Today marks four years since the day I had planned to no longer be alive.
Living with major depression can make you believe that the world would be better off without you—that you’ll never feel "normal" again, and that life isn’t worth living.
I was fortunate enough to be given another chance. Today, I am reminded of how messy and winding life can be and how excruciatingly tough times can lead to unexpectedly beautiful things.
Most of us have been conditioned or explicitly discouraged from talking about mental illness and suicide. Some of us, myself included, have had the ability to speak freely about these things. Instead of alienating me from others, sharing my experiences has created a tremendous amount of connection and a deep sense of purpose, both personally and professionally.
A year ago, GripCity launched our Care Kits project through a partnership with New York State's Office of Mental Health. The kits contain a pair of our socks, a journal, a note of encouragement, local mental health resources, and additional materials developed by the Suicide Prevention Center of New York. GripCity Care Kits were distributed to adolescents facing psychiatric emergencies at a facility upstate. Our second pilot is underway and it feels very fitting to be surrounded today by these Care Kits that are getting packed up for distribution.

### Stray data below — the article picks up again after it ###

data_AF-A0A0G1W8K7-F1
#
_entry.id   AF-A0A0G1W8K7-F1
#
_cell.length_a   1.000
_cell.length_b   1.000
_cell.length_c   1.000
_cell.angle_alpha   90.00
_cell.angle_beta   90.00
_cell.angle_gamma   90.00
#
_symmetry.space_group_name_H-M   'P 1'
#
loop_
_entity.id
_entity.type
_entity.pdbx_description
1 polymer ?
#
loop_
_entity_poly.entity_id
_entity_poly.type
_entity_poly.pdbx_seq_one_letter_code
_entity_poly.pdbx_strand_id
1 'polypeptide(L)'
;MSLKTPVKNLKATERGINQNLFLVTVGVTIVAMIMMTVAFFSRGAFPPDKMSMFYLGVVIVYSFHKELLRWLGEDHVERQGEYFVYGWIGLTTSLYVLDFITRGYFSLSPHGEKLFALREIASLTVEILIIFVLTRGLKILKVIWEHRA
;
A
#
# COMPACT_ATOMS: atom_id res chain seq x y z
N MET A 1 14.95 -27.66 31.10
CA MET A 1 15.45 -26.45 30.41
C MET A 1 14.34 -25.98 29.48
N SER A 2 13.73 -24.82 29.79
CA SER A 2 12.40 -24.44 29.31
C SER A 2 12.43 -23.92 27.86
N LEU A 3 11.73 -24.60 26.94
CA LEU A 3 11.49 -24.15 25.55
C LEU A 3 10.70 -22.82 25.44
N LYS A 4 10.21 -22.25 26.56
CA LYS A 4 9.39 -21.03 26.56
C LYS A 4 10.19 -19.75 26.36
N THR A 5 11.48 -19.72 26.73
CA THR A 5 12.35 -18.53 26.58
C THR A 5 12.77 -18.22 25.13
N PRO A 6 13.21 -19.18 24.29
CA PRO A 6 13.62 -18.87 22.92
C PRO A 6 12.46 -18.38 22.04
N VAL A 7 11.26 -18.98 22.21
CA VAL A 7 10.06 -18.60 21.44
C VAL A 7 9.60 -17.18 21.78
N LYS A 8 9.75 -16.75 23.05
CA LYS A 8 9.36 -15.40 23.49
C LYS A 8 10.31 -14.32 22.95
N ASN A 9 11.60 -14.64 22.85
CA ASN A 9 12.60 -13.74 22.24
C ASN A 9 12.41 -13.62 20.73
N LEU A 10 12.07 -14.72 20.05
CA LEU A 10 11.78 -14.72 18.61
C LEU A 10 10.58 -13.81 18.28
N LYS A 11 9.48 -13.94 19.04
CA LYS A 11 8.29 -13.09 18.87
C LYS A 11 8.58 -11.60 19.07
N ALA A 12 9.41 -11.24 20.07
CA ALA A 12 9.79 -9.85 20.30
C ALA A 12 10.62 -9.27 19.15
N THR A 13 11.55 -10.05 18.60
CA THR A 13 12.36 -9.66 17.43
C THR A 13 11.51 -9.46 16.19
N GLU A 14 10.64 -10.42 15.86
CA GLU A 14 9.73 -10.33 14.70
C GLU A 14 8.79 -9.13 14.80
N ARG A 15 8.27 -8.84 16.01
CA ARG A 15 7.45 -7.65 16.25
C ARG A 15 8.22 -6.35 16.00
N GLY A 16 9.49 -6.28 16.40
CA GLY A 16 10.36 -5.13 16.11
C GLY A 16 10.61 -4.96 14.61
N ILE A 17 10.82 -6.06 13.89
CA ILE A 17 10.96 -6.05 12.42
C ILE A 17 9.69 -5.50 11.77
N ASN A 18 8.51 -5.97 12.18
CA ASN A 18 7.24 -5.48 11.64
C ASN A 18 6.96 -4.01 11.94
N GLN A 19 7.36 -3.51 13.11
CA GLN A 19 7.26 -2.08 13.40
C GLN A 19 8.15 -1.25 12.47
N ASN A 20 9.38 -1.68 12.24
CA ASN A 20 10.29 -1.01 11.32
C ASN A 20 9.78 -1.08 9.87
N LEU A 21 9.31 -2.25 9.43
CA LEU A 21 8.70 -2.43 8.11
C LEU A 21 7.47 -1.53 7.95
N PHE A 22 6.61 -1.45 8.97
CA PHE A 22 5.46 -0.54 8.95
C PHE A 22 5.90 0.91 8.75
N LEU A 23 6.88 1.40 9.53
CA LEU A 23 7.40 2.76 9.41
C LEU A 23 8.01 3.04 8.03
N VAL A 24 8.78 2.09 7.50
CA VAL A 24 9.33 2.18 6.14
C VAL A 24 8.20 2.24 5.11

Messy and winding, yes. Unexpectedly beautiful, that too.
Last year, I was invited to serve on New York's Suicide Prevention Council. There, I've had the opportunity to share my perspective on issues related to prevention, wellness programs and suicide intervention strategies. I recently sat on a panel at the Association for Behavioral and Cognitive Therapies (ABCT) convention. There, I was asked to offer my perspective on research that evaluates the efficacy of various suicide prevention models and practices. And in the coming months, we’ll start working on a Care Kit for families that we’ll pilot with some incredible partners in NYC.
Sometimes it's hard to believe that this work is growing. And amidst the chaos of taking on a lot professionally, I have to stop and remind myself that this work brings me purpose, meaning, and connection—sometimes with people I’ll never even meet.
My takeaway: I never could have guessed this is where life would take me, but I'm so grateful to still be on this journey.
(Backstory: It was my sitting in sterile, crappy hospital grip socks and feeling barely human that ultimately launched GripCity into existence.)
Being human is hard.
If you’re struggling right now, you do not need to suffer alone—reach out and get help. As the nonprofit group Project Semicolon reminds us through their use of the symbolic punctuation: